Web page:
Shuffleboard is an exciting, challenging and often dramatic table game to play, whether it’s for fun with friends, in a tournament environment or at home on your own.
There are a several different games to play and ways to score, so familiarise yourself with the following, then get your shuffle on…
How to start…
You only need three things to start and play a game of shuffleboard:
1. You need a shuffleboard table
2. You need a full set of pucks (4 x blue, 4 x red)
3. You need to evenly apply silicon beads to the table
How to play with 2 players
Shake hands with your opponent, then decide who plays first with a coin toss or single game of rock-scissors-paper. It is to your advantage to play after your opponent, so good luck. You’ll be playing from the same end, taking turns with your opponent to slide your pucks along the table to the scoring sections at the other end.
Outscore your opponent by either outdistancing their pucks or by knocking their pucks off the board. The best players mix finesse, power and strategy.
Any puck that falls off the table must remain in the cradle gutter and is a no-score. Any puck that falls short of the foul line must be removed from the table before the following player takes their turn. It is a no-score.
Once all pucks have been played, walk to the end and calculate the score. The traditional way of scoring sees the player with the furthest puck down the table winning the round. Calculate that player’s score by adding the points of all the winning pucks that sit further then the other player’s best puck. The losing player receives no points for the round.
NB. Although the above mentioned is the traditional way to score in shuffleboard, there are actually several different ways to score/play. Check out “Different Ways To Score” for the variations.
Once you’ve calculated the result for that end, mark down the score and continue playing. Shuffle the pucks back up the table again, with the winner of the previous round starting.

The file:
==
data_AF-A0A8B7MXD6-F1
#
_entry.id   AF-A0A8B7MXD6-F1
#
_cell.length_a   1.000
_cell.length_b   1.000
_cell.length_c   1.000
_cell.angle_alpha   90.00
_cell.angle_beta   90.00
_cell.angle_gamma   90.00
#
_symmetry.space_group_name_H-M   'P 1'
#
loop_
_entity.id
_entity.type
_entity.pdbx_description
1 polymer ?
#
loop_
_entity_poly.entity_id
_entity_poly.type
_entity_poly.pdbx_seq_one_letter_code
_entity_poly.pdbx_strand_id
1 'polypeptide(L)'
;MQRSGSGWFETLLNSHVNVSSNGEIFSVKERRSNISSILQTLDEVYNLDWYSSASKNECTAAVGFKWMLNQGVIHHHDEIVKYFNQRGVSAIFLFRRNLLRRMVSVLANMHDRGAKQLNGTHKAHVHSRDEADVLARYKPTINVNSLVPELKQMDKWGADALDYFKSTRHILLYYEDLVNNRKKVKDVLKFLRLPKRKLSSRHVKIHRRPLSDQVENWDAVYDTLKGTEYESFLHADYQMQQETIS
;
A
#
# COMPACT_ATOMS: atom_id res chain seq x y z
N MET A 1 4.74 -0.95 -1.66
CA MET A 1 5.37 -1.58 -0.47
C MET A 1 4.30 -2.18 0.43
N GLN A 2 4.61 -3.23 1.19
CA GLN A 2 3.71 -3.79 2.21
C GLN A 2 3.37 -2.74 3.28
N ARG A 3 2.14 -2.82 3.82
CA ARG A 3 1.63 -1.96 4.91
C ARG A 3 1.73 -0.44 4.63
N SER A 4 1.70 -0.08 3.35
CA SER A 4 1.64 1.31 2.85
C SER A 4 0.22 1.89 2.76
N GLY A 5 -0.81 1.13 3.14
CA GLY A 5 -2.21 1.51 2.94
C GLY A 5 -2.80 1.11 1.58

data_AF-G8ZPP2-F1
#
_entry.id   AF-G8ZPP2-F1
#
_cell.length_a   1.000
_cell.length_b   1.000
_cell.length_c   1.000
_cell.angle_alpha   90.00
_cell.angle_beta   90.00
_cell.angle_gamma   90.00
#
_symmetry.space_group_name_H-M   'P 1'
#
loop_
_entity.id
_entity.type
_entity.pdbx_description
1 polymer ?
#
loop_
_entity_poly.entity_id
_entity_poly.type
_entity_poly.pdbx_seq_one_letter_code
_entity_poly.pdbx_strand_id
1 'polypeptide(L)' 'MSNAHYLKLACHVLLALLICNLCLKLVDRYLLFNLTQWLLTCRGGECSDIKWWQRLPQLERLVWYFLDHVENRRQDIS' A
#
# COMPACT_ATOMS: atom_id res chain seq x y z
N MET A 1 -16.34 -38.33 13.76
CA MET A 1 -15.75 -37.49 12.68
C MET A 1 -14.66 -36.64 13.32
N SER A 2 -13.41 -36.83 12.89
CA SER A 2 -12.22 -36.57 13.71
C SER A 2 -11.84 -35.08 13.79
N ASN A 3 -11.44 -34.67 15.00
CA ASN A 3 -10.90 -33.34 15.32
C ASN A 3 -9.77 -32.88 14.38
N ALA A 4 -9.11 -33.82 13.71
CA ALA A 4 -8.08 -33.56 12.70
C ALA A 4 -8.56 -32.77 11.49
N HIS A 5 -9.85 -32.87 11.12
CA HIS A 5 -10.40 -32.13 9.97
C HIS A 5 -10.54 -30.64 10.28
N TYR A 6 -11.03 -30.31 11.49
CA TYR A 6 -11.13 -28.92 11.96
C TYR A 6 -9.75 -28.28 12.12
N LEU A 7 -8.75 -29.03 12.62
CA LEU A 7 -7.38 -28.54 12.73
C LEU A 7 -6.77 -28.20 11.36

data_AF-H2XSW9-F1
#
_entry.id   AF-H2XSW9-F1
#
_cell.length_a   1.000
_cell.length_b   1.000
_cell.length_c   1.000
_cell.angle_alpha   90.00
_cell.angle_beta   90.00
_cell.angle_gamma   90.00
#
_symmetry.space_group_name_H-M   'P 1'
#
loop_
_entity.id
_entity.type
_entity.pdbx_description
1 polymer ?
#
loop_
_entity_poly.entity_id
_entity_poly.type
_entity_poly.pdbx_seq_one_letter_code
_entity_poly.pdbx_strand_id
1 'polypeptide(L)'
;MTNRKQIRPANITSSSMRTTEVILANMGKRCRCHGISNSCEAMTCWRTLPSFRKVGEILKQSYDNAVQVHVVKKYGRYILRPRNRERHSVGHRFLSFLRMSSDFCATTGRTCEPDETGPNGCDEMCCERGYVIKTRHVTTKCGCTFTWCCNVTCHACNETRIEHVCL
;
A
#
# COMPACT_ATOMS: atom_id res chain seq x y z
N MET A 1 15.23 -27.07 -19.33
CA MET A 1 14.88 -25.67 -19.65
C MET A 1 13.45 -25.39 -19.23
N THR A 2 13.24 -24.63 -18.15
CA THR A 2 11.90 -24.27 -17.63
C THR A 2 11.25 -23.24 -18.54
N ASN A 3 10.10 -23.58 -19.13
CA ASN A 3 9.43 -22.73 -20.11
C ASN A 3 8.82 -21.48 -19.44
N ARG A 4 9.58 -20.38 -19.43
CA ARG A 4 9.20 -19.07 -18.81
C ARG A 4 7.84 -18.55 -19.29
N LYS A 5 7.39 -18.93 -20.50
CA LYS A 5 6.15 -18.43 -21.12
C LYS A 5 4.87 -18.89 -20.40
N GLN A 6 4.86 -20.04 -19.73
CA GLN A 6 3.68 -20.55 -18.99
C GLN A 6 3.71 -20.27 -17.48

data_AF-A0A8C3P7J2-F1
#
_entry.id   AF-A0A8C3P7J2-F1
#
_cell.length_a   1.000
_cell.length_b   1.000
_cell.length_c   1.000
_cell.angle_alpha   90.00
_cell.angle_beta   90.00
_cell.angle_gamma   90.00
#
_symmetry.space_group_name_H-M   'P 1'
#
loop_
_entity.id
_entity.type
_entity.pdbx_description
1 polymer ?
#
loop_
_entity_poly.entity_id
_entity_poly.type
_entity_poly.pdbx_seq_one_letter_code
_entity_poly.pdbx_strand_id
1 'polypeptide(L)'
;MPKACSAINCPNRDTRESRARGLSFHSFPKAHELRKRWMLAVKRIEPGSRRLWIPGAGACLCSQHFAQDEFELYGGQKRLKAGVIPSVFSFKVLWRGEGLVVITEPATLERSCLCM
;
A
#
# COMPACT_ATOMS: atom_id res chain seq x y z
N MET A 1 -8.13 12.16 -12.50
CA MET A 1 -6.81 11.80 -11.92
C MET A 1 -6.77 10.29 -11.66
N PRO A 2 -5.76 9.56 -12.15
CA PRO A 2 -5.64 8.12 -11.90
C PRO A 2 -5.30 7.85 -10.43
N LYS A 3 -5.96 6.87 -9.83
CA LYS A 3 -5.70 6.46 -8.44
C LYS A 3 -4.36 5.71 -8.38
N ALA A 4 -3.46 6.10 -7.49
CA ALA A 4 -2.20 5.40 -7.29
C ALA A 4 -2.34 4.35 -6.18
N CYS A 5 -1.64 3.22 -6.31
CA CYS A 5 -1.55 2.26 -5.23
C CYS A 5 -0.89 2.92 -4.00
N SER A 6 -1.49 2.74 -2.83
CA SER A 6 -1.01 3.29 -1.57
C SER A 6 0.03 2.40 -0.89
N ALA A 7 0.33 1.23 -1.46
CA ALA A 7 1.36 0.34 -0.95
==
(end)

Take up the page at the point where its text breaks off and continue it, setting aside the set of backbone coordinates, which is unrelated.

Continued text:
Continue playing up and down the table until one player wins with a total of 15 points. You’ve got to win by 2!
How to play with 4 players
Shake hands with your opponents, then decide who plays first with a coin toss or single game of rock-scissors-paper.
Team members play from opposite ends of the shuffleboard table, only two people play at each end. You and an opponent play from one end while your team mate and the other opponent play from the other end.
Take turns with your opponent to slide your pucks along the table to the scoring sections at the other end. All eight pucks must be played. Your team mate at the other end of the table can give you instructions and shot suggestions, but they must not touch the table or pucks.
Outscore your opponent by either outdistancing or outmaneuvering their pucks or by knocking their pucks off of the board. Some people play with finesse, some play with power, the best play a mixed game.
Any puck that falls off the table must remain in the cradle gutter and is a no-score.Any puck that fall short of the foul line must be removed from the table before the following player takes their turn. It is a no-score.
Once all pucks have been played, your partners will calculate the score. The player whose puck is furthest down the table is the winner of the round. Calculate the total score by adding the points of all the winning pucks that sit further than the losing players best puck. The losing team receives no points for the round.
Once the scores have been calculated for that end, it’s your team mate and opponent’s turn to play their end. They will shuffle the pucks back down the table towards you, with the first turn going to the team mate of the previous winner.